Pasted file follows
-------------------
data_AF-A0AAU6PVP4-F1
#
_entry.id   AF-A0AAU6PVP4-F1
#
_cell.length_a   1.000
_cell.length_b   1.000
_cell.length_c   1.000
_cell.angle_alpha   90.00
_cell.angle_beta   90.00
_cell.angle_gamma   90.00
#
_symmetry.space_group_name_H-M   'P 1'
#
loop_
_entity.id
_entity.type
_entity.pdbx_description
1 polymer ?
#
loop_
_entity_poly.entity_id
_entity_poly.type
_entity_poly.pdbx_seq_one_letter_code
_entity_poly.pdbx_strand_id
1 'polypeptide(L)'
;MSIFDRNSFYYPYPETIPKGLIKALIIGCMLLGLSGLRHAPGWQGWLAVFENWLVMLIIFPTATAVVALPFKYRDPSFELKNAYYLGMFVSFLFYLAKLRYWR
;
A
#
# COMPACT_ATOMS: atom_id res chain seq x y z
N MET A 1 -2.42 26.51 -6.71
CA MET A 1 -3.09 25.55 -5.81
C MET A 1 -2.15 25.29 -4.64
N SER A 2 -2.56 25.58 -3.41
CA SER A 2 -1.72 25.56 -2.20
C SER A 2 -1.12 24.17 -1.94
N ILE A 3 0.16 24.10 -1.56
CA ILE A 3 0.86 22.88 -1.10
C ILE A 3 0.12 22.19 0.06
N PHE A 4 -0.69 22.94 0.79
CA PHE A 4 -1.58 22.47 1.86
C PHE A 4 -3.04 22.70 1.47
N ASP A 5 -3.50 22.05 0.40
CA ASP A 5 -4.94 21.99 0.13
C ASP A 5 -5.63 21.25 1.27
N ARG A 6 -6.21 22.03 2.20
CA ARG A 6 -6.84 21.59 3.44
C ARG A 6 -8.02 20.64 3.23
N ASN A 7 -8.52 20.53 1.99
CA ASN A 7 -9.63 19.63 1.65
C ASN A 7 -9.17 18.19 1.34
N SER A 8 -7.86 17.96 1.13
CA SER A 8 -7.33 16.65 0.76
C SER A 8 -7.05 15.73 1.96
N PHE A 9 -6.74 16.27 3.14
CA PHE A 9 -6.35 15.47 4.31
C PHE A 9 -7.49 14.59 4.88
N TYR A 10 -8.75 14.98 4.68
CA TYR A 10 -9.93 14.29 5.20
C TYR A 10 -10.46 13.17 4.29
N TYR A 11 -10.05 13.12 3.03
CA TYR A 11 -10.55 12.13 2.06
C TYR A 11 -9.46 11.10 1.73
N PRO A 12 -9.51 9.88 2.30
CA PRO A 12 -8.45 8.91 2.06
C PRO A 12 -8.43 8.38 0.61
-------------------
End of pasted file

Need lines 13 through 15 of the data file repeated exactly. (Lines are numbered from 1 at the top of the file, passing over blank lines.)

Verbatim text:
#
loop_
_entity.id